Changes to Highway Code give 'common-sense clarity'

Highway Code: new priorities for pedestrians. See story TRANSPORT HighwayCode. EMBARGOED to 0001 Sat

Highway Code: new priorities for pedestrians. - Credit: Press Association Images

As you may know, some pretty significant changes to the Highway Code have come into force recently and I’d like to take this opportunity to discuss them, particularly in light of some mixed media reports over the past few weeks.
Road safety is one of four central pillars to my police and crime plan for Devon, Cornwall and the Isles of Scilly. As part of this commitment, I am also chairman of the Vision Zero South West road safety partnership – which aims to half all serious collisions in Devon and Cornwall by 2030 – as well as the national APCC lead for roads policing and safety.
So, as someone with ‘skin in the game’, I welcome the recent changes to the Highway Code which provide some really clear guidance where once the rules were a bit woolly.
The most notable amendment is the introduction of a new hierarchy of road users which gives some much-needed, common-sense clarity. In short, those who have the potential to cause the most harm – such as drivers of larger vehicles – now have more responsibility to reduce the threat they pose to more vulnerable road users.
Pedestrians, who are most likely to be injured in the event of a collision, sit at the top of the hierarchy. They are followed by cyclists, horse riders, motorcyclists, cars, vans and large passenger or heavy goods vehicles. As a result, the law places more responsibility on drivers to watch out for pedestrians, cyclists or horse riders.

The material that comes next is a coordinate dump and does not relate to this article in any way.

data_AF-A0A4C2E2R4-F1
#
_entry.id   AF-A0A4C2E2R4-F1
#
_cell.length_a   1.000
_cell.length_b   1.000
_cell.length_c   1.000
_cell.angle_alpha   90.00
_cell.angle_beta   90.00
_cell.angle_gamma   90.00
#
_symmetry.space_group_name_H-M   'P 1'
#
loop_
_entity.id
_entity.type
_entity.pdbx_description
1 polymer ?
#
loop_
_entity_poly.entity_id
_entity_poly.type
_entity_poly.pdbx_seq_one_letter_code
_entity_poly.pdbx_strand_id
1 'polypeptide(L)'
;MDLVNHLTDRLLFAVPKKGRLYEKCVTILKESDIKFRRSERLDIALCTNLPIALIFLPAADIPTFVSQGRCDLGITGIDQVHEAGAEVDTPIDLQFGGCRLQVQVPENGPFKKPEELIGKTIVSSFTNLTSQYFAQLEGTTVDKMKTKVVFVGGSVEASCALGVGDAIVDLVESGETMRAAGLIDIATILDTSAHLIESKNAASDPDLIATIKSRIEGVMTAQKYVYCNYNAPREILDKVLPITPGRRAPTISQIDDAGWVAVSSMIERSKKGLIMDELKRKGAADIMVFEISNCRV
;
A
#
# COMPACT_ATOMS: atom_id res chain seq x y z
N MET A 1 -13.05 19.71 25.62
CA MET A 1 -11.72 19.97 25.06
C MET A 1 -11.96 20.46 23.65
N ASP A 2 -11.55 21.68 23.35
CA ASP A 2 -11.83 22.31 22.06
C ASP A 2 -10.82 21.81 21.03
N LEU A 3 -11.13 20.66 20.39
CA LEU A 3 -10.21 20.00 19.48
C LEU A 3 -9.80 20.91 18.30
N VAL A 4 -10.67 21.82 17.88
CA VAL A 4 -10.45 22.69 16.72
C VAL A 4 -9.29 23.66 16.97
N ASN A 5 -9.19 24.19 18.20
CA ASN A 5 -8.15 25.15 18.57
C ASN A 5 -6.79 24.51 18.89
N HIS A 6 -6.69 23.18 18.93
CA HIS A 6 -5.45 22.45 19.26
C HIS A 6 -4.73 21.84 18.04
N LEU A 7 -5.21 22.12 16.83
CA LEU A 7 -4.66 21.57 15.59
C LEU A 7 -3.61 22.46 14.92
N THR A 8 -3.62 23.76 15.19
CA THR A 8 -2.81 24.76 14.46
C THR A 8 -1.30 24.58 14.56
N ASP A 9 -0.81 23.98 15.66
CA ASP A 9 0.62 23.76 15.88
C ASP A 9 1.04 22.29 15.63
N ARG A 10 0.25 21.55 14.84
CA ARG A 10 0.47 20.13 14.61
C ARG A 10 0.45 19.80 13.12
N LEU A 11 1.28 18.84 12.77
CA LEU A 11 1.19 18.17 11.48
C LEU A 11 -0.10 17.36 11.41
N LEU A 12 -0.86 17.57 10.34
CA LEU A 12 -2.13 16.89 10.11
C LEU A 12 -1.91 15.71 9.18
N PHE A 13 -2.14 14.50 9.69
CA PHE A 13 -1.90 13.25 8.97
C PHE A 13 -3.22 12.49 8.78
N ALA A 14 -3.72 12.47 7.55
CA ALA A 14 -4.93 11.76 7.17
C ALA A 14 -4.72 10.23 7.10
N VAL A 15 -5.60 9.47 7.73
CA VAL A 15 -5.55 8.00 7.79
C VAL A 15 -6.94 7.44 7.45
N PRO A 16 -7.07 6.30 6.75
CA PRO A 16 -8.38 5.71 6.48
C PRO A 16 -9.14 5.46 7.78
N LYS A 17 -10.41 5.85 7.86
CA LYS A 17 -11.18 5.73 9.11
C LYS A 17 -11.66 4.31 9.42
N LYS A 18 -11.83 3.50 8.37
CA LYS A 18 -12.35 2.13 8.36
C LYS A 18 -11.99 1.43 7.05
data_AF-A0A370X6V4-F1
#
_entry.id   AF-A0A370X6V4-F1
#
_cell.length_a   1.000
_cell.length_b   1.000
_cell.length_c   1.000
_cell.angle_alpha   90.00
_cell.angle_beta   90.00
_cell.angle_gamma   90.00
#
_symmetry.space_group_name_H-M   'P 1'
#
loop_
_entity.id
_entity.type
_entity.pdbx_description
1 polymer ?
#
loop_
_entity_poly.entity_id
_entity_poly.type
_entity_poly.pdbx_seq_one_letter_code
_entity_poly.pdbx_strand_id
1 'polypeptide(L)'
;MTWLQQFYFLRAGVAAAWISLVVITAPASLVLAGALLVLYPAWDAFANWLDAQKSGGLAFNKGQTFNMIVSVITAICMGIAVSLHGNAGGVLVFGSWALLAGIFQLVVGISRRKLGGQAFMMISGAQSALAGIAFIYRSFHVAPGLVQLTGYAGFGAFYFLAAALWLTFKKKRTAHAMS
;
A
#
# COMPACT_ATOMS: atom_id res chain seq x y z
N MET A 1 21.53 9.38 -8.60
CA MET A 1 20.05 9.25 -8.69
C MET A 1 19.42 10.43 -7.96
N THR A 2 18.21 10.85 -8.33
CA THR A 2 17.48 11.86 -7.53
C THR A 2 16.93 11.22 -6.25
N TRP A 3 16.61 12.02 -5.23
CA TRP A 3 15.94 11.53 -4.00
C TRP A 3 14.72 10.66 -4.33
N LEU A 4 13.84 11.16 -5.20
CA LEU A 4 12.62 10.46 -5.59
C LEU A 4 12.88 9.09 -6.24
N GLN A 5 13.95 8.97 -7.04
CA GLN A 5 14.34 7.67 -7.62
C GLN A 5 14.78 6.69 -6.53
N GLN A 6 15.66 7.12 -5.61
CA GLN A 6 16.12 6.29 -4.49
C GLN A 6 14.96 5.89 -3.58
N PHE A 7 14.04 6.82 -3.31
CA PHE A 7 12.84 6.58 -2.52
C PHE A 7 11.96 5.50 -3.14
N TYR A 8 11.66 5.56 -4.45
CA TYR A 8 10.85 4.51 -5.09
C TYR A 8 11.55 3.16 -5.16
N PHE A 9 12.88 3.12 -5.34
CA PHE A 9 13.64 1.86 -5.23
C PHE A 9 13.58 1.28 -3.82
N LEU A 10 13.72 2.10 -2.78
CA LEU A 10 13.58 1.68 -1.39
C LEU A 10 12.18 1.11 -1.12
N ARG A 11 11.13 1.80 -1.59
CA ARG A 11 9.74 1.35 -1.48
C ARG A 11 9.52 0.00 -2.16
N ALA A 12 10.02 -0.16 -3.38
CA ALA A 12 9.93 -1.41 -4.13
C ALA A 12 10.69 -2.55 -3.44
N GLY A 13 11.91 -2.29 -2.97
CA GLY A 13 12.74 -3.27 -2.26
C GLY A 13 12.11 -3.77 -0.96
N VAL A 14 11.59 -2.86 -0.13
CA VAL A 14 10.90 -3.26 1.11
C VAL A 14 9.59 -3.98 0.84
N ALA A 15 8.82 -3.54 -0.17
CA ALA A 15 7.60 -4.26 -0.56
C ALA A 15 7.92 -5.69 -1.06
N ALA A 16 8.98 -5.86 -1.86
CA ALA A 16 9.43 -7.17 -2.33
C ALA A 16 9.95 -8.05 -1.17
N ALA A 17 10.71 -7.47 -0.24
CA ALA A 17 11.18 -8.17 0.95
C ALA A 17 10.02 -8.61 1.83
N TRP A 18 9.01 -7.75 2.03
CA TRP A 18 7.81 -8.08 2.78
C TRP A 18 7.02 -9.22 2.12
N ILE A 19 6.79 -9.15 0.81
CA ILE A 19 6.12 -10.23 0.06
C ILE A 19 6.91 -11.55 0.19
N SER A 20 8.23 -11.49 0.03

Other major changes to the code include clearer and stronger priorities for pedestrians. Aimed at motorists, horse riders and cyclists, the code now states that, at a junction, you should give way to pedestrians crossing or waiting to cross a road into which you are turning. Previously, vehicles had priority at a junction.
Vision Zero South West has created a great quiz that helps explain some of the most notable changes. You can find the quiz on their website here or by visiting the Vision Zero South West Facebook, Twitter and Instagram pages.
For details on more of the changes to the Highway Code visit
I’ve been amazed by some of the responses I’ve seen to these changes – both in the national press and on social media. There seems to be a real animosity towards some of the changes, particularly those surrounding cyclists.
I want to take this opportunity to remind people that the roads are there for everyone - we need to share them and respect all other road users.